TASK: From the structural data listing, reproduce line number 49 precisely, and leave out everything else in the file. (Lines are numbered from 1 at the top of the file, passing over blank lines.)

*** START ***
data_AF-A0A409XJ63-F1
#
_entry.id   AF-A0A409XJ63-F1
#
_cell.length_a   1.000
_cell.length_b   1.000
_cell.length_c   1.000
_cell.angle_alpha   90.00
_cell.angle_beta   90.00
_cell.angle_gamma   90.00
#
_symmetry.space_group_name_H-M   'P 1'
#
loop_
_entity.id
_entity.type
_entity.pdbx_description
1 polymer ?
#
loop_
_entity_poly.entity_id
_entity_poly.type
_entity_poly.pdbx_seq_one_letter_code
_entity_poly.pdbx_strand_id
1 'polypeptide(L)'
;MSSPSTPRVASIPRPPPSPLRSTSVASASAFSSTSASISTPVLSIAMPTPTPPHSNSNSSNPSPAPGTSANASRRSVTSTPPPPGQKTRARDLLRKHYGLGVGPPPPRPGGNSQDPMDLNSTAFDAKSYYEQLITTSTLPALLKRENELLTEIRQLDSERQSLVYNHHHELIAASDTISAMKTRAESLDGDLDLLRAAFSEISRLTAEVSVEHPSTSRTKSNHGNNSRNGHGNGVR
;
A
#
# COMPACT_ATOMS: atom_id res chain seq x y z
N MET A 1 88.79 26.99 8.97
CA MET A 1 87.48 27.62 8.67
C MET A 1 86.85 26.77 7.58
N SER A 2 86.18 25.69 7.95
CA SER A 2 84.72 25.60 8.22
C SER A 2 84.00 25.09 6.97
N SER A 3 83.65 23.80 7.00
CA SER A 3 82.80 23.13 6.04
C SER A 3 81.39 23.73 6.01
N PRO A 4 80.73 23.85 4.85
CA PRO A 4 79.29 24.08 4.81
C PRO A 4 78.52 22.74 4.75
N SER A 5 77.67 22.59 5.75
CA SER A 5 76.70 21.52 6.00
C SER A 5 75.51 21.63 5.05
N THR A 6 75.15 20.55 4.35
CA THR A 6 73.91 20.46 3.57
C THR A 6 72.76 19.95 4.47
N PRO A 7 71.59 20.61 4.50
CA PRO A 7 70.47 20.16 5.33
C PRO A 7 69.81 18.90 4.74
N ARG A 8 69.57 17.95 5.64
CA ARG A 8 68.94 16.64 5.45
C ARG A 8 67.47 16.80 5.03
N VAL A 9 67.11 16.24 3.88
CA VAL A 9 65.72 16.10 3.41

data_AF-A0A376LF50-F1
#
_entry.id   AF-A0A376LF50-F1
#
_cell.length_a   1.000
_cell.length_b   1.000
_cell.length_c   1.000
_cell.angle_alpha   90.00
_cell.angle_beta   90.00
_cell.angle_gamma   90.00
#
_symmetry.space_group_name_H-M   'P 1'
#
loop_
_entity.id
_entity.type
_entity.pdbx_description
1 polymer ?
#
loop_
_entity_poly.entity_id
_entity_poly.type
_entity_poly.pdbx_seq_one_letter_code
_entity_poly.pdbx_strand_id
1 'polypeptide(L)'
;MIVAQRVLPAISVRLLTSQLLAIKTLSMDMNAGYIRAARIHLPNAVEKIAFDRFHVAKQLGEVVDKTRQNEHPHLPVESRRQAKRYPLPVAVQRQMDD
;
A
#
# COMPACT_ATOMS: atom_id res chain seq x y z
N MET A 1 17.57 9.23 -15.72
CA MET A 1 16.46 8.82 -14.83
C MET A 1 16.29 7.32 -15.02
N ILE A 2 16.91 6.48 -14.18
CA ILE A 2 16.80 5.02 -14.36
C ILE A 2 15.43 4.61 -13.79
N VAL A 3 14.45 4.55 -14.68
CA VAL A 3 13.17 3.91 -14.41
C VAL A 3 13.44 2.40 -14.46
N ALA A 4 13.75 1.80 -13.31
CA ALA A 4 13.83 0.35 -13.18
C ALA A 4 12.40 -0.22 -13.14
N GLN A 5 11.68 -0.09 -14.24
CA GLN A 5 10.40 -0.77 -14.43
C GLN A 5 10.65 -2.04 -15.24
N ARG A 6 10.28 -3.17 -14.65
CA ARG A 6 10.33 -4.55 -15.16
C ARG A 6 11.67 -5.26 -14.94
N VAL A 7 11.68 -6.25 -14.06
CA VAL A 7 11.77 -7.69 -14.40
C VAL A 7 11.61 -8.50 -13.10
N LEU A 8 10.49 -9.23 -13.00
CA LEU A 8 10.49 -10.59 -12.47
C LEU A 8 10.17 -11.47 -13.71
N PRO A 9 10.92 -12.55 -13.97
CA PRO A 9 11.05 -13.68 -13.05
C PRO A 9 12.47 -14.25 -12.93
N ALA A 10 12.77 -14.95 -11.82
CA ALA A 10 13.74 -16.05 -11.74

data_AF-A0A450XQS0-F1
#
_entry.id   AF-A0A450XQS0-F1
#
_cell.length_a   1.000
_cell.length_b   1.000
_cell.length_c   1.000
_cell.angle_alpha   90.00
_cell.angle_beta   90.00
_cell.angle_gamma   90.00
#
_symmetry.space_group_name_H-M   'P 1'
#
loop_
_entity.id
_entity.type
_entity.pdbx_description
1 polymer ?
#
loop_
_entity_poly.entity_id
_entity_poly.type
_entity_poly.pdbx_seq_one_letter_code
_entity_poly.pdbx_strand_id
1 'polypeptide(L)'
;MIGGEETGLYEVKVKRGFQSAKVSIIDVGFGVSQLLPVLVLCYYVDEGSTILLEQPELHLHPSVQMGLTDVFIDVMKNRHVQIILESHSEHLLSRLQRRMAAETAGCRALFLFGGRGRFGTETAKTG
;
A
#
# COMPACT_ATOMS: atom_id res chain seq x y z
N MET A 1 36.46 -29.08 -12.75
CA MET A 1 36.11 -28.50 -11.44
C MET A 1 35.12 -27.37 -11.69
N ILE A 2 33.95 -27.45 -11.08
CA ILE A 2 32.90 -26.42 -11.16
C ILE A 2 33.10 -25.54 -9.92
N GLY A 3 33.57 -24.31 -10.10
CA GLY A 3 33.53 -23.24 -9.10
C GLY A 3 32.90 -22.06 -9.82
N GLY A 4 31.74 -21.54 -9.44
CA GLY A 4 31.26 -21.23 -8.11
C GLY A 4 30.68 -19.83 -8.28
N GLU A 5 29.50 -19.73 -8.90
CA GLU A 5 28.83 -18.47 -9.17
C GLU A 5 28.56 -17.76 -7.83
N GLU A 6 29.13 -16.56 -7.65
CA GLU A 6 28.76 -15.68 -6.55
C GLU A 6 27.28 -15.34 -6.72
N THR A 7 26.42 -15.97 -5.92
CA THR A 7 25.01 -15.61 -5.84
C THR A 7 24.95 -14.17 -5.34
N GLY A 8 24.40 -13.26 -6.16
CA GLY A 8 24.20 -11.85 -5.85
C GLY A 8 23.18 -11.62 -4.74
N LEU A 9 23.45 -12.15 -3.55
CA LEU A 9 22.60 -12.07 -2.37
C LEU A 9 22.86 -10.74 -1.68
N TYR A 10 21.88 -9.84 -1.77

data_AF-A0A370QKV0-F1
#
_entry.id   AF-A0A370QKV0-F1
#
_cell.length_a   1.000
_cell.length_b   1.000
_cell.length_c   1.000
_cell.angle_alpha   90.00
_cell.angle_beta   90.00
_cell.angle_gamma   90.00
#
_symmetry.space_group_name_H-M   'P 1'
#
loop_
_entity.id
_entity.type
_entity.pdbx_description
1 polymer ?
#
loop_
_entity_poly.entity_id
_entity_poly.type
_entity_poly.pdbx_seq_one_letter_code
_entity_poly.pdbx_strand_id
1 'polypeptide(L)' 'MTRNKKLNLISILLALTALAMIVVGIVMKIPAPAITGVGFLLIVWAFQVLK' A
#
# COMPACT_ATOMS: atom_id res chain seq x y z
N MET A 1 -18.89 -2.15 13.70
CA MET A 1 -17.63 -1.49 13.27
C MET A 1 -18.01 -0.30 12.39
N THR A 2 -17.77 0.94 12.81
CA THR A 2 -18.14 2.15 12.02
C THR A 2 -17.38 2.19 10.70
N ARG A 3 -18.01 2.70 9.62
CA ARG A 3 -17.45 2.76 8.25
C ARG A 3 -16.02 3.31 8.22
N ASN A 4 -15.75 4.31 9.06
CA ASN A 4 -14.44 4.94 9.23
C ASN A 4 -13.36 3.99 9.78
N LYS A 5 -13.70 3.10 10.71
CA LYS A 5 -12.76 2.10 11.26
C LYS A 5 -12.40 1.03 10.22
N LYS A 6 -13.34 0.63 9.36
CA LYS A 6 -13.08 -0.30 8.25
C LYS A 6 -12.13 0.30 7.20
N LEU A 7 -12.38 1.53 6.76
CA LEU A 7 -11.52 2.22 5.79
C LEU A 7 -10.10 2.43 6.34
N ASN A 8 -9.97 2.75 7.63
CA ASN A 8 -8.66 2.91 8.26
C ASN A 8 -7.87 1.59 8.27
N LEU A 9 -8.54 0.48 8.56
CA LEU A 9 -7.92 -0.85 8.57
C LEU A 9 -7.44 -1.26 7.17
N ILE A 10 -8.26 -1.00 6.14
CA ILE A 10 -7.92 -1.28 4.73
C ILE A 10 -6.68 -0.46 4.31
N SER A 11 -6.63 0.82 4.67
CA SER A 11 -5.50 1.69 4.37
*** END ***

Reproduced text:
N PRO A 7 71.59 20.61 4.50